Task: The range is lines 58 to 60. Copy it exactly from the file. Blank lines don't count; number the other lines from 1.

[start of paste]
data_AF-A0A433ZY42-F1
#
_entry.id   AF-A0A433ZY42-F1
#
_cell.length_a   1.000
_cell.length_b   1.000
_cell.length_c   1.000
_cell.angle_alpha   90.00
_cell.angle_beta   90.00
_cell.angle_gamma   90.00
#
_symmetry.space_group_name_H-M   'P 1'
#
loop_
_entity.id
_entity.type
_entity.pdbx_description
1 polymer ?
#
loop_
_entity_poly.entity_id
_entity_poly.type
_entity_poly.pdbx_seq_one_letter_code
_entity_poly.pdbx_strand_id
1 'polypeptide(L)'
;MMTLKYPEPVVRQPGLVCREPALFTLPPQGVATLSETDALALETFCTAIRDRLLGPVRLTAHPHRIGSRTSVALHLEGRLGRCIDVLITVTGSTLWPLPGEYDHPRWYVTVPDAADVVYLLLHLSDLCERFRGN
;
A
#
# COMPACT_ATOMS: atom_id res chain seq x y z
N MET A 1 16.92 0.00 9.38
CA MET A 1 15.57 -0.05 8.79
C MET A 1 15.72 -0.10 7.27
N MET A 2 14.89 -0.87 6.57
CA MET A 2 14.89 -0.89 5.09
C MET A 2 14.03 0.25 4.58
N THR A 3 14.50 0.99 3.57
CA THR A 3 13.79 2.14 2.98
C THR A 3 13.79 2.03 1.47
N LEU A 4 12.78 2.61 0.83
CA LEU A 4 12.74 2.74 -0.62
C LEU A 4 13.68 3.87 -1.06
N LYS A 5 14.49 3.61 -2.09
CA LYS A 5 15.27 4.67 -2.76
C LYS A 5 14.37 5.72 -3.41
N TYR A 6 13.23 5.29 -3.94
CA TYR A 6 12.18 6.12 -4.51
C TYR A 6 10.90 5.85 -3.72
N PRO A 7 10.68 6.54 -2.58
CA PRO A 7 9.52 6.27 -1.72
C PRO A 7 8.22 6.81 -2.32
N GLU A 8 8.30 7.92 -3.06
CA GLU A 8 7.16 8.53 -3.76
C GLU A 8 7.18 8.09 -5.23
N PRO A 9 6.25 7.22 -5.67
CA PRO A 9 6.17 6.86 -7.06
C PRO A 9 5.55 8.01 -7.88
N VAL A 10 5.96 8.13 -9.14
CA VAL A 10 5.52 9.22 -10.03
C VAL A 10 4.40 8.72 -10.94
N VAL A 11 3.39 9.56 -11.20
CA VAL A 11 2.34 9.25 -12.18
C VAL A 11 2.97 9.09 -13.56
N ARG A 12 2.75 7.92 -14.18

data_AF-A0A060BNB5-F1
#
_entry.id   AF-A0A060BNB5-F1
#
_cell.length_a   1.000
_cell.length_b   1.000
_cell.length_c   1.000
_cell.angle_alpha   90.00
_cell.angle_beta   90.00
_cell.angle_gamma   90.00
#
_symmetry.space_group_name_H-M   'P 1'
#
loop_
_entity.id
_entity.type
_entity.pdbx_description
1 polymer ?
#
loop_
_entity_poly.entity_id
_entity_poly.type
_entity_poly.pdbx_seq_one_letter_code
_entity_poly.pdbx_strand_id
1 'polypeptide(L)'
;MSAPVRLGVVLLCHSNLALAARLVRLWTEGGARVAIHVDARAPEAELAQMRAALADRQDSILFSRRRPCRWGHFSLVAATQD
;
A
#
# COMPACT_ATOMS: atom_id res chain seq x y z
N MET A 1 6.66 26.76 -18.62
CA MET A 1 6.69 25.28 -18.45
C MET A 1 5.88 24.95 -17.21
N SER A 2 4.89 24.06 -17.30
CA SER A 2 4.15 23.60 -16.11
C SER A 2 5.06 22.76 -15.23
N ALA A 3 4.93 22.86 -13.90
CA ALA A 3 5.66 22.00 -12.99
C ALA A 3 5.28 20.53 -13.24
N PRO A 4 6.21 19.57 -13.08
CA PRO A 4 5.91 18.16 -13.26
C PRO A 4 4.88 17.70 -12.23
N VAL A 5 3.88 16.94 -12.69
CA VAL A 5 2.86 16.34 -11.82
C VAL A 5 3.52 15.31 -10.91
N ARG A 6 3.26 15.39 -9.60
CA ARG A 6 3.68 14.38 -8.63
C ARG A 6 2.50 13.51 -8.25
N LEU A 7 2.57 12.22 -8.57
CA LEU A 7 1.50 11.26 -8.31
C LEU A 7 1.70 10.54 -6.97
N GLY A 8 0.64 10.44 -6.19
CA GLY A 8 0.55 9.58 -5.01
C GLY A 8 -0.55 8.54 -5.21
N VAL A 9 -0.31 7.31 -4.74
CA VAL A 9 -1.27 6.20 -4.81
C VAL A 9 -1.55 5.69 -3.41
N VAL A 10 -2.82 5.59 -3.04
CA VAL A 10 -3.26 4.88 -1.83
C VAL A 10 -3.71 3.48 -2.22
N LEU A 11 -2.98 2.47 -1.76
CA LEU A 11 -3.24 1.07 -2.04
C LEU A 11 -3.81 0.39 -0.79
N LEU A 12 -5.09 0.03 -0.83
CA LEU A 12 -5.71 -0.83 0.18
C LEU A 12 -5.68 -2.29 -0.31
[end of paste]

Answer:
N VAL A 10 5.96 8.13 -9.14
CA VAL A 10 5.52 9.22 -10.03
C VAL A 10 4.40 8.72 -10.94